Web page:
The Summer 2019 Anime Preview Guide
Do You Love Your Mom and Her Two-Hit Multi-Target Attacks?
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Do You Love Your Mom and Her Two-Hit Multi-Target Attacks? ?
Community score: 3.6
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How was the first episode?
This premiere throws all its hopes and efforts behind a single idea: the comically nightmarish scenario of getting stuck in a video game world with your mother. Anyone who's ever had a gamin session interrupted by a family member should be able to relate to Masato's predicament on some level, and that unwanted intrusion of real life into escapist entertainment looks to be this show's main source of humor. The good news is that this setup is working pretty well at the moment; there's plenty of fun to be had watching Mamako unintentionally derail her son's gaming fantasies at every turn. The bad news is that there isn't much else going on here, so your enjoyment will depend entirely on how well the core joke works for you.
Mamako is exactly the kind of character you'd expect her to be: doting, optimistic, and clueless when it comes to online gaming lingo, all traits that work together to heighten Masato's embarrassment. As the title suggests, she's also ludicrously powerful in the game world, which adds insult to injury by forcing Masato to watch her mow down hordes of tutorial enemies in a single blast when he can barely manage to defeat one at a time. Lest the audience feel too bad for Masato, he's just enough of a stereotypically snotty teenage gamer that his ordeal feels like a just comeuppance instead of an undeserved barrage of misery. The two of them are reasonably well-matched as a comedic duo, and their interactions are amusing despite being somewhat predictable.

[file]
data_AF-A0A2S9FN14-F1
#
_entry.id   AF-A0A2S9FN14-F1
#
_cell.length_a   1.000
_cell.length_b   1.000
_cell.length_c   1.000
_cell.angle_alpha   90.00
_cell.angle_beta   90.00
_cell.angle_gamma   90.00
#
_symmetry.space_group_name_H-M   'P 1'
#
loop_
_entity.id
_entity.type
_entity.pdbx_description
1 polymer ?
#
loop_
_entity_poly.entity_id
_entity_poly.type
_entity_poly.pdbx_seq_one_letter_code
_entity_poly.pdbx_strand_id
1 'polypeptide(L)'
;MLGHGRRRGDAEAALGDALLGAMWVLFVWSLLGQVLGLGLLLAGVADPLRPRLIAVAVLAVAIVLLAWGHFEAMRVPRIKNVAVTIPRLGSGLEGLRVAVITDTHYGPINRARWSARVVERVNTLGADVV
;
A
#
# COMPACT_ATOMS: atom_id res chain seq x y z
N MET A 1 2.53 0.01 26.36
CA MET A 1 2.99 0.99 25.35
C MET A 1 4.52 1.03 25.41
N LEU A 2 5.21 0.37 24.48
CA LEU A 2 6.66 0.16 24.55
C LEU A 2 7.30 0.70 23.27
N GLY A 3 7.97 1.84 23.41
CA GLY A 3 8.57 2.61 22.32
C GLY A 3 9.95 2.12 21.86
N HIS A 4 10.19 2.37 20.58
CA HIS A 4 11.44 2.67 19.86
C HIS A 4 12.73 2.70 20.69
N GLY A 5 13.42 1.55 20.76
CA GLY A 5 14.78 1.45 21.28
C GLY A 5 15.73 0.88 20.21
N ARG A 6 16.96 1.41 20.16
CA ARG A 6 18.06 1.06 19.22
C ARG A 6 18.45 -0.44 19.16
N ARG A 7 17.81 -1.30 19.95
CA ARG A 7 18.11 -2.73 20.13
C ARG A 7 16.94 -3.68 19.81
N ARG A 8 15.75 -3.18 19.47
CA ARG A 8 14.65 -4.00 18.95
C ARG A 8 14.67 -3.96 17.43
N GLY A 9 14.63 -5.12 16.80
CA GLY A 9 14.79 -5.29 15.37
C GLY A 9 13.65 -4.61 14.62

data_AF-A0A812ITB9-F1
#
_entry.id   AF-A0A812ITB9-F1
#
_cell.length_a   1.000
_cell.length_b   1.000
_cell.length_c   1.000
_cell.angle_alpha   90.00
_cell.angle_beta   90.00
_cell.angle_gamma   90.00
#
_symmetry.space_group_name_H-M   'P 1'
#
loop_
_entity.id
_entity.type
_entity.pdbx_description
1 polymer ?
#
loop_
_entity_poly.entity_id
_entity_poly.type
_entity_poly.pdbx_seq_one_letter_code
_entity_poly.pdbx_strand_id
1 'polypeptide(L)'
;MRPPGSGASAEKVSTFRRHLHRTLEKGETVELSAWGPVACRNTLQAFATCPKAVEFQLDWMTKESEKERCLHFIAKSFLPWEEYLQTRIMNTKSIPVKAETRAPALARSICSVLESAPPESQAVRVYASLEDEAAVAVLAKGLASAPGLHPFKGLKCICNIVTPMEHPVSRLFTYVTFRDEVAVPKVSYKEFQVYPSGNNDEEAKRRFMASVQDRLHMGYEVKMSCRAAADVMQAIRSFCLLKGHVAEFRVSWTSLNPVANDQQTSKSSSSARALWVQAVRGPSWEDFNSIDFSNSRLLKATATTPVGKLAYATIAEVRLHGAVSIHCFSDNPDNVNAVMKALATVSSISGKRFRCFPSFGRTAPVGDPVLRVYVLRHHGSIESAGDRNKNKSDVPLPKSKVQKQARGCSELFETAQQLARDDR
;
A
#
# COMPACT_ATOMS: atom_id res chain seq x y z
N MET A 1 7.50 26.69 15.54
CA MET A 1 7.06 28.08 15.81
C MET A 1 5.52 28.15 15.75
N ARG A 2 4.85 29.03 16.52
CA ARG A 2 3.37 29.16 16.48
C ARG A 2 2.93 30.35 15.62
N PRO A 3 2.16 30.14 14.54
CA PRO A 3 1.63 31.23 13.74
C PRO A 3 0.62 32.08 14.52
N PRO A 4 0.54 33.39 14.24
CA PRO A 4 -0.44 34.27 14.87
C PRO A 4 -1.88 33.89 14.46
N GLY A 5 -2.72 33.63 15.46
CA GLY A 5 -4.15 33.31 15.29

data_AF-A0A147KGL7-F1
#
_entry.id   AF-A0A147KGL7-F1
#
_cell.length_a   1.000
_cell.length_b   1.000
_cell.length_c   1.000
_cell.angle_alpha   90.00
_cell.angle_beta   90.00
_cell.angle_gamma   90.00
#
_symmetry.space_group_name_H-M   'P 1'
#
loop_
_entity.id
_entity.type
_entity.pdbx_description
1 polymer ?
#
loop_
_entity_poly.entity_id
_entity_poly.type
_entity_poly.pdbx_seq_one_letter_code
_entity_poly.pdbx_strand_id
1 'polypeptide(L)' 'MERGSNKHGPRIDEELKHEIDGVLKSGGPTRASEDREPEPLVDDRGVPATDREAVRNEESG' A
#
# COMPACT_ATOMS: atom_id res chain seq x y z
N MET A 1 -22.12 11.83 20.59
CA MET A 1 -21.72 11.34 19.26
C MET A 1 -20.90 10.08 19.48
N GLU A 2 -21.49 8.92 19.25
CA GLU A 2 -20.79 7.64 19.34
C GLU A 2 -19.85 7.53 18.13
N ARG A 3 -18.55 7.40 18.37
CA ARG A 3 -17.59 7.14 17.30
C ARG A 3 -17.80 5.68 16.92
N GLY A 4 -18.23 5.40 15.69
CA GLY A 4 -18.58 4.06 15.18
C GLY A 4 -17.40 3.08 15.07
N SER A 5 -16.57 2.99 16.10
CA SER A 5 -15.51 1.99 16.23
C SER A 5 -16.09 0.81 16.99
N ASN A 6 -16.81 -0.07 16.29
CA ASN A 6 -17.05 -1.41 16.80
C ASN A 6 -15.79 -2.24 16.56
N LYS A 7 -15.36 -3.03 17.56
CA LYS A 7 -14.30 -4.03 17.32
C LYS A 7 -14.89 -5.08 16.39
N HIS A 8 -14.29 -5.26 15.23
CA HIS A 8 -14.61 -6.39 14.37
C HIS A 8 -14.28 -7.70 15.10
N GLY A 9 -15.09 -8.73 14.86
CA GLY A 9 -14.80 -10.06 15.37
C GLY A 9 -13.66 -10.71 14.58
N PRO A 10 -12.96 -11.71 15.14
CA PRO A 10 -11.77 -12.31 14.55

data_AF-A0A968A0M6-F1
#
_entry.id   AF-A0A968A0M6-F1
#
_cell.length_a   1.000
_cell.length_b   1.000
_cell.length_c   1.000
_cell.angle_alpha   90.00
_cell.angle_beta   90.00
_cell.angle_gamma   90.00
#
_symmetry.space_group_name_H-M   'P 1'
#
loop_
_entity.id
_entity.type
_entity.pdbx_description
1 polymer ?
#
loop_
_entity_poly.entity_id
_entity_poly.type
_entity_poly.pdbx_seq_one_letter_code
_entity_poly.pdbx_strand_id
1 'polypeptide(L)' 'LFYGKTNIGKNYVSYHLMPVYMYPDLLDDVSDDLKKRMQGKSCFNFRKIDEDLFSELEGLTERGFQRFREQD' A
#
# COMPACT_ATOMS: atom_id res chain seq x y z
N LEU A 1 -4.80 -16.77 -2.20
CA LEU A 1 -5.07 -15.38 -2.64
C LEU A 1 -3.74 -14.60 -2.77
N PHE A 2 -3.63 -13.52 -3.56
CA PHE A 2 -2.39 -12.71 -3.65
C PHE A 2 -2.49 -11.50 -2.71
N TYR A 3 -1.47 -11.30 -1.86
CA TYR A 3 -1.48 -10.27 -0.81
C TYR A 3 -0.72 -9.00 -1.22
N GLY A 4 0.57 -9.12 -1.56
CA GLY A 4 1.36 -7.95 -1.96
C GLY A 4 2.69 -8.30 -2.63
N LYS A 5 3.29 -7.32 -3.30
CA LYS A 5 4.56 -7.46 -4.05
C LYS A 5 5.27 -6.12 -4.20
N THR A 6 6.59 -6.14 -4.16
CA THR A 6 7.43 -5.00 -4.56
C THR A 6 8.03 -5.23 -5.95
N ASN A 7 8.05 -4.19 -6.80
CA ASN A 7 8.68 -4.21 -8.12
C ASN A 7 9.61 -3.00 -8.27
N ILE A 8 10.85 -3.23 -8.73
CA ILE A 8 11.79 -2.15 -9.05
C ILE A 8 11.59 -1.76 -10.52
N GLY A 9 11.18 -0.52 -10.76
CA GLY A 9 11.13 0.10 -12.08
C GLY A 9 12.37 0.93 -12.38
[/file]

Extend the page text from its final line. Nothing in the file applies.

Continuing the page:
While most of the episode's best material leans on the chemistry between Masato and Mamako, there are also some light jabs taken at the game they've been transported into. The king's complaints about players demanding outrageous rewards upfront is right on the mark, as is the cheesy sound effect that plays whenever the main characters do something noteworthy. The running joke about government worker Shirase's name sounding like her job description is a little weak, but I'll take a few lame jokes as long as they're outnumbered by the good ones. There's also an attempt at more dramatic content during Masato and Mamako's conversation in the tutorial arena, and this is decent if unspectacular. In general, this series looks like it'll be better off keeping the tone light and goofy.
I was hoping this premise would yield an enjoyably silly series, and it looks like that's what we've got here. My biggest concern now is with the show's long-term appeal. This scenario is great as a one-off joke, but sustaining that humor will demand much more variety than what we've seen so far. The yet-to-be-introduced supporting characters will hopefully help out in that regard, and there should be more material to work with once our heroes get out of town and start exploring the game world. Regardless of where the series ultimately goes, this episode is entertaining enough to be worth watching on its own.
Maybe all of the MMORPG-isekai desensitization of the past few years has me in a forgiving mood, but I found Do You Love Your Mom…? to be a refreshingly entertaining parody of the genre's staples, especially given that its ambitious don't seem to rise much higher than “be a moderately funny way to pass a half hour every week.” I was a little suspicious of the show's intentions at first, since the key art and general premise had me worried that our hero Masato would have some kind of weird Oedipal relationship with his mother Mamako, but that thankfully doesn't seem to be the case. The show definitely wants to ogle at Masoto's hot mom all the live long day, which is not my favorite thing in the world, but I'll can tolerate all of that so long as Masato and his mother's relationship remains purely familial.